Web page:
- What amount of working capital do I require? Is this working capital to be maintained throughout the life of the business or only in the start-up phase? Is working capital included in the quoted franchise investment, or is it additional?
- Do you plan to open any further outlets in my city/town/suburb? If so, how might this affect my business?
Assuming that Arthur has had satisfactory answers to the above questions, Figure 1 shows an example of a projected statement of financial performance for a fictitious franchise that Arthur has become interested in.
The business is within his price range, leaving him with a small margin in case it takes longer than expected to reach the point where it can pay his salary or in case of unexpected circumstances.
Note that different types of businesses have different types of costs: eg. rent, staff, vehicles, etc. The above has been simplified to give an overall picture of the type of things Arthur needs to consider.
It shows that in the first year of operation, if Arthur achieves the projected level of sales then he will be able to pay himself his required salary of $79,120 before tax. However, there will be no return on his investment.
This is not unusual for the first year of any business – it is an establishment year, when the new franchisee is learning how to build the business, establishing a client base and starting to develop the efficiencies that will make the business truly profitable. Starting from nothing, Arthur might reasonably expect to see sales grow month-by-month during the first year, putting him in a much stronger position for the second year.
That’s why he should ask the franchisor for projections covering not just the first year but the first three years – and, most importantly, for details of how other franchisees have performed in second and subsequent years. Franchises generally have fixed terms (5 or 10 years are common) and he will want to be certain that he can make a fair return on his investment during that period.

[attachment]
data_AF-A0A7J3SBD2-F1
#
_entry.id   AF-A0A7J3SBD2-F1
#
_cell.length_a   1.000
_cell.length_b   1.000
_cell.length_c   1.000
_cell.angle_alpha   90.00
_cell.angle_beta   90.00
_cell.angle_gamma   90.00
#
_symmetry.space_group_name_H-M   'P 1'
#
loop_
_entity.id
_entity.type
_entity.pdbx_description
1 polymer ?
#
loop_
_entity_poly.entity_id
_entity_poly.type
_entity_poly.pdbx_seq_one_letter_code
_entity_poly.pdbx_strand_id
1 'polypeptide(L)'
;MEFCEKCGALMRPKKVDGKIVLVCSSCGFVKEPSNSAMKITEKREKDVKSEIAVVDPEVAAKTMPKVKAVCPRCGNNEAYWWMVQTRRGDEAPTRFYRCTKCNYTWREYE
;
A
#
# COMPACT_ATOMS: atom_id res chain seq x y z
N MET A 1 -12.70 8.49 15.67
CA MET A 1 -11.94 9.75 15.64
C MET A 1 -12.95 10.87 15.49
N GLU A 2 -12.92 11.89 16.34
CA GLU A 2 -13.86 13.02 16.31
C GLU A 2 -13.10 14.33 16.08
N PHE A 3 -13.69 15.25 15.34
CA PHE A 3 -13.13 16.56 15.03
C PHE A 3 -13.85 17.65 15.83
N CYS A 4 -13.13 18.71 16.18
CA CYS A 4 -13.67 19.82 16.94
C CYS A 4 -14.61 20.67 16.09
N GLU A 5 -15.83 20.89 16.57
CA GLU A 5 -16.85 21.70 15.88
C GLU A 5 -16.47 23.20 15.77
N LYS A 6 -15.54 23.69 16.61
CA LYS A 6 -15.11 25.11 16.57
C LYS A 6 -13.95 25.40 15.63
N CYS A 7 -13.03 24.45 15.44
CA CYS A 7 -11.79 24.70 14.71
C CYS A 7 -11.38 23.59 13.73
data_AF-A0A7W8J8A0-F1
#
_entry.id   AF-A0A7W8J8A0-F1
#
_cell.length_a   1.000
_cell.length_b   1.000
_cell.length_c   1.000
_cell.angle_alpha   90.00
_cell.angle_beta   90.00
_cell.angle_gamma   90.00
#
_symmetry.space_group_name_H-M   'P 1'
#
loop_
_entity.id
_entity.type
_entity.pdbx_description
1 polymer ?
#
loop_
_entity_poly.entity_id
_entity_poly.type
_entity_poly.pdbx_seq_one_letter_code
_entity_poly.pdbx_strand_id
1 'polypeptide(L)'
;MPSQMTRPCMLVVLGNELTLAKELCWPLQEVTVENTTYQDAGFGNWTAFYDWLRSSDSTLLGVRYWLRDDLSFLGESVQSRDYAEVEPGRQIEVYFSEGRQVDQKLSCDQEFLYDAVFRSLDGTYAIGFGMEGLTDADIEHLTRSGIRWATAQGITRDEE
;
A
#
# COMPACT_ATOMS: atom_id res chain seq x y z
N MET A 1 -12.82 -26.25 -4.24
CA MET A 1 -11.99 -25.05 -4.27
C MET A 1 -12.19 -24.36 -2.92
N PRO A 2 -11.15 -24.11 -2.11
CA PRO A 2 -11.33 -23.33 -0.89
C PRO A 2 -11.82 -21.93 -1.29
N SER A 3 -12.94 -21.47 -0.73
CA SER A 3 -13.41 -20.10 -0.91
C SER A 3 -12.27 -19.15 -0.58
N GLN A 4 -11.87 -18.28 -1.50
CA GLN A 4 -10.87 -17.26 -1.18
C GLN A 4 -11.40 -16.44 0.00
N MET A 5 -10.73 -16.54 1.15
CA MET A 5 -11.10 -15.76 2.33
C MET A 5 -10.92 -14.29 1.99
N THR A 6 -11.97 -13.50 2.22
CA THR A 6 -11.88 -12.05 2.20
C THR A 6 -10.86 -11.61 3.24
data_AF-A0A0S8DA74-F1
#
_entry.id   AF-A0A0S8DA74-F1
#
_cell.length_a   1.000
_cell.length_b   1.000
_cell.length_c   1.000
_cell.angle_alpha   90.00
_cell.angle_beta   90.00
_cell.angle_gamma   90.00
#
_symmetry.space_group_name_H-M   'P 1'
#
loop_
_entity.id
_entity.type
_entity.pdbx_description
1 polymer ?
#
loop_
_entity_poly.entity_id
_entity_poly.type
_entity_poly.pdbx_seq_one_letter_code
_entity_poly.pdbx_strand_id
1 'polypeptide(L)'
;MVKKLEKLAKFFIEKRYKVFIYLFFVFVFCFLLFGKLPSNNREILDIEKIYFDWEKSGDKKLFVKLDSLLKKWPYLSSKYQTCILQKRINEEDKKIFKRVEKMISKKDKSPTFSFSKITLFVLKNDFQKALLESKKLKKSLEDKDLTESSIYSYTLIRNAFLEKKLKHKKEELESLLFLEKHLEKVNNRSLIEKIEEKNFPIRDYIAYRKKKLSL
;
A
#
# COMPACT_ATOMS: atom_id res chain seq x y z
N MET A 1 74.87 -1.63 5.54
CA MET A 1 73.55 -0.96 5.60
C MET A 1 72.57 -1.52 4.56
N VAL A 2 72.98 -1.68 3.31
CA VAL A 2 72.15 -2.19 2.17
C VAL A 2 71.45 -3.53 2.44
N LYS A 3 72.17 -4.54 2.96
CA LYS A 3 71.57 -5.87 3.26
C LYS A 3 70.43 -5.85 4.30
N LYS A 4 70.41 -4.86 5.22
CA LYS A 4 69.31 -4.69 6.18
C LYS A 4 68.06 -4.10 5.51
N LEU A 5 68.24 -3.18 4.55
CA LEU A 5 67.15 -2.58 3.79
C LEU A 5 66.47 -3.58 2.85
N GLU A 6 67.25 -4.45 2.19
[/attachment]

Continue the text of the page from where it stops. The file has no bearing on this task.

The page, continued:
Of course, if he has any sense, Arthur won’t be on his own in doing all this – he’ll be consulting with a franchise-experienced accountant who not only knows what the numbers mean but whether they are realistically achievable in his chosen industry, and even in this particular franchise.
Something else Arthur’s accountant would sensibly do for him is a sensitivity analysis showing what would happen if the figures differ to any significant extent from those shown on the projection. This is a very worthwhile exercise from which Arthur can learn a lot about his proposed business.
Figure 2 shows the original projected figures in the second column (Realistic); the column either side show what would happen if sales were lower than projected (Pessimistic) or better than projected (Optimistic). Neither Arthur nor his accountant can predict the future, but this format should allow them to assess this and any other franchise opportunity better.
In the case of the Pessimistic projection, it shows Arthur actually making a negative return on investment in the first year, whereas the Optimistic figure shows a healthy 15%. This figure is over and above his salary, remember. Once again, it would be important to see the projections for second and subsequent years before making any decisions, and to carry out the same sensitivity analysis on them.
Something else which it is worth noting in these scenarios is that while sales figures and variable expenses have been varied, fixed expenses have not. This is because established franchisors generally have a very good understanding of the costs involved in running any particular outlet and can project these with reasonable accuracy, However, if Arthur failed to manage his business properly or failed to apply the franchise system and take advice from the franchisor, he might find even fixed costs increase – reducing his return on investment accordingly.